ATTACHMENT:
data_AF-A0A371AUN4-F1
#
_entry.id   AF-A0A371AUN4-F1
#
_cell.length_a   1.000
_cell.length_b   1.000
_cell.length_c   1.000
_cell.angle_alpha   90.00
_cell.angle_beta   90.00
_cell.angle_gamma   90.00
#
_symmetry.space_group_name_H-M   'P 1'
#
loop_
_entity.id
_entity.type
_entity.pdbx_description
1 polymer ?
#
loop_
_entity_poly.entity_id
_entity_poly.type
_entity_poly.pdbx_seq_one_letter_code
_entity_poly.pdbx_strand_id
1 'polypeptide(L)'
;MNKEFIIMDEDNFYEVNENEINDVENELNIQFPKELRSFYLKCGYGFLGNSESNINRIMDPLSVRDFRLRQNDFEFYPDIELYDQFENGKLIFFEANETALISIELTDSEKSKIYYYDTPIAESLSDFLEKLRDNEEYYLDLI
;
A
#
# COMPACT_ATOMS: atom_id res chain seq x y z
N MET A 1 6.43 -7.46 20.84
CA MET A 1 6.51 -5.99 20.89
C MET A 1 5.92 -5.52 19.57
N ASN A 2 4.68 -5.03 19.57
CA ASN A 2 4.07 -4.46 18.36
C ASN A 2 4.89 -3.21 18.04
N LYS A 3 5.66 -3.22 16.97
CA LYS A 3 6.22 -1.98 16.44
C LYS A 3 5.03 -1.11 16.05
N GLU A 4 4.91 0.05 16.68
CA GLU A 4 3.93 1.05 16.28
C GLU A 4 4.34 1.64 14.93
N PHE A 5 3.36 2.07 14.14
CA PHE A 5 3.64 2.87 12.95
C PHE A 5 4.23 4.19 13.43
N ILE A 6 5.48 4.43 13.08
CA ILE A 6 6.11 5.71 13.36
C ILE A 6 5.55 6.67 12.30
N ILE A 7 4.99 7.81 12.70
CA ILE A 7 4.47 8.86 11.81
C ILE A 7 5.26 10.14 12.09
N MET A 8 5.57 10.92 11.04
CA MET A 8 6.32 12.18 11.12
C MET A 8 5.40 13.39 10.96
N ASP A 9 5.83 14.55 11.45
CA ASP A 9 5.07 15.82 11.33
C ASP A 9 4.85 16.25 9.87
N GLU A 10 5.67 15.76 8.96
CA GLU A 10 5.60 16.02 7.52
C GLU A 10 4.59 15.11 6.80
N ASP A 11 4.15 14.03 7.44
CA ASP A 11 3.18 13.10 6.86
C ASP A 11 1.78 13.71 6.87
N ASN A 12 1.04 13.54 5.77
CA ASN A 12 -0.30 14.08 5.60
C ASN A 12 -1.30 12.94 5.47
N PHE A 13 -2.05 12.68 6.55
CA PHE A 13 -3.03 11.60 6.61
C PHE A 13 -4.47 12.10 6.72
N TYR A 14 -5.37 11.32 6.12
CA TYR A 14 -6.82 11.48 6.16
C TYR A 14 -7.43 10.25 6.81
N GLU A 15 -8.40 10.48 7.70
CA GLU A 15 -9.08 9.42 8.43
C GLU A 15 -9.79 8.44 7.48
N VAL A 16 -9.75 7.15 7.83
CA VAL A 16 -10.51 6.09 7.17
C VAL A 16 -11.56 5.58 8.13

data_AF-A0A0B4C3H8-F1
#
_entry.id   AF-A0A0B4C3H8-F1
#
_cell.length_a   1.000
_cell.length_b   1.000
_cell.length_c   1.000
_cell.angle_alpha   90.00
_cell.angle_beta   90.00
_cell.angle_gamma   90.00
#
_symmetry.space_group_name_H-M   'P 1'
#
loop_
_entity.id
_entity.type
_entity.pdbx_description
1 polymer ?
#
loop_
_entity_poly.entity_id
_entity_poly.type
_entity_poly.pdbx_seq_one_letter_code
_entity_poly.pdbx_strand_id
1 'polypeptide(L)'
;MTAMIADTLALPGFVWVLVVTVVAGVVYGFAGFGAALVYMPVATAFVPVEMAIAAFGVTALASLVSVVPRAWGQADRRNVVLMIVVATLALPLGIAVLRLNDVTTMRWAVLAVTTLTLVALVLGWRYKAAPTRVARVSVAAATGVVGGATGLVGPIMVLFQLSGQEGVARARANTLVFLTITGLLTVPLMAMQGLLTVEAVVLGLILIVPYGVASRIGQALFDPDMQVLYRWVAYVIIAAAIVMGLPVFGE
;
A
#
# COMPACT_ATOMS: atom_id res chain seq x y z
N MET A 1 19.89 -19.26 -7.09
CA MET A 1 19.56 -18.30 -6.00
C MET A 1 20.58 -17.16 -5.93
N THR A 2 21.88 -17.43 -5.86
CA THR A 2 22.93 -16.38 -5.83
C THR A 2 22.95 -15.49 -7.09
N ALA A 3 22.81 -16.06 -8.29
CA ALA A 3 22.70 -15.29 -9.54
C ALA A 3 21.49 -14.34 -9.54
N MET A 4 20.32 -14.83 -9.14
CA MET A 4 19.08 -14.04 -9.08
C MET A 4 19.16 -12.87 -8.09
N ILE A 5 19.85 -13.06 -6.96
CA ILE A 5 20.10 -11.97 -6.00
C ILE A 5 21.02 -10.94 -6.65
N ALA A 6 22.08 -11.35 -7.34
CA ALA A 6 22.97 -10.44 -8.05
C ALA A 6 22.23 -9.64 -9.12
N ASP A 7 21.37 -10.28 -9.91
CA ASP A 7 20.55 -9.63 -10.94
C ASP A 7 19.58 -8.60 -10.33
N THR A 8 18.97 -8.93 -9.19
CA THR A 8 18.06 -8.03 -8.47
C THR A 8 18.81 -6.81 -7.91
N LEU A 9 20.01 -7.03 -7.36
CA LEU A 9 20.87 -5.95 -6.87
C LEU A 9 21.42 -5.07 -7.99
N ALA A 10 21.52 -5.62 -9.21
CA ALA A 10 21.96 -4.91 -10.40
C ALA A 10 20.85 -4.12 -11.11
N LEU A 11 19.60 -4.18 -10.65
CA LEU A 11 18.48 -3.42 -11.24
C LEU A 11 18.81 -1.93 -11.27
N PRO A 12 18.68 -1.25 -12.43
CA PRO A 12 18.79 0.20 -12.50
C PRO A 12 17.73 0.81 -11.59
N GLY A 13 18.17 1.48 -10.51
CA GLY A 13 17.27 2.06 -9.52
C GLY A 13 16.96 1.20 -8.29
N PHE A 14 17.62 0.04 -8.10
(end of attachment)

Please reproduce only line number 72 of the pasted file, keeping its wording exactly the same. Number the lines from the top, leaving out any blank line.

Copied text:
C TYR A 14 -7.43 10.25 6.81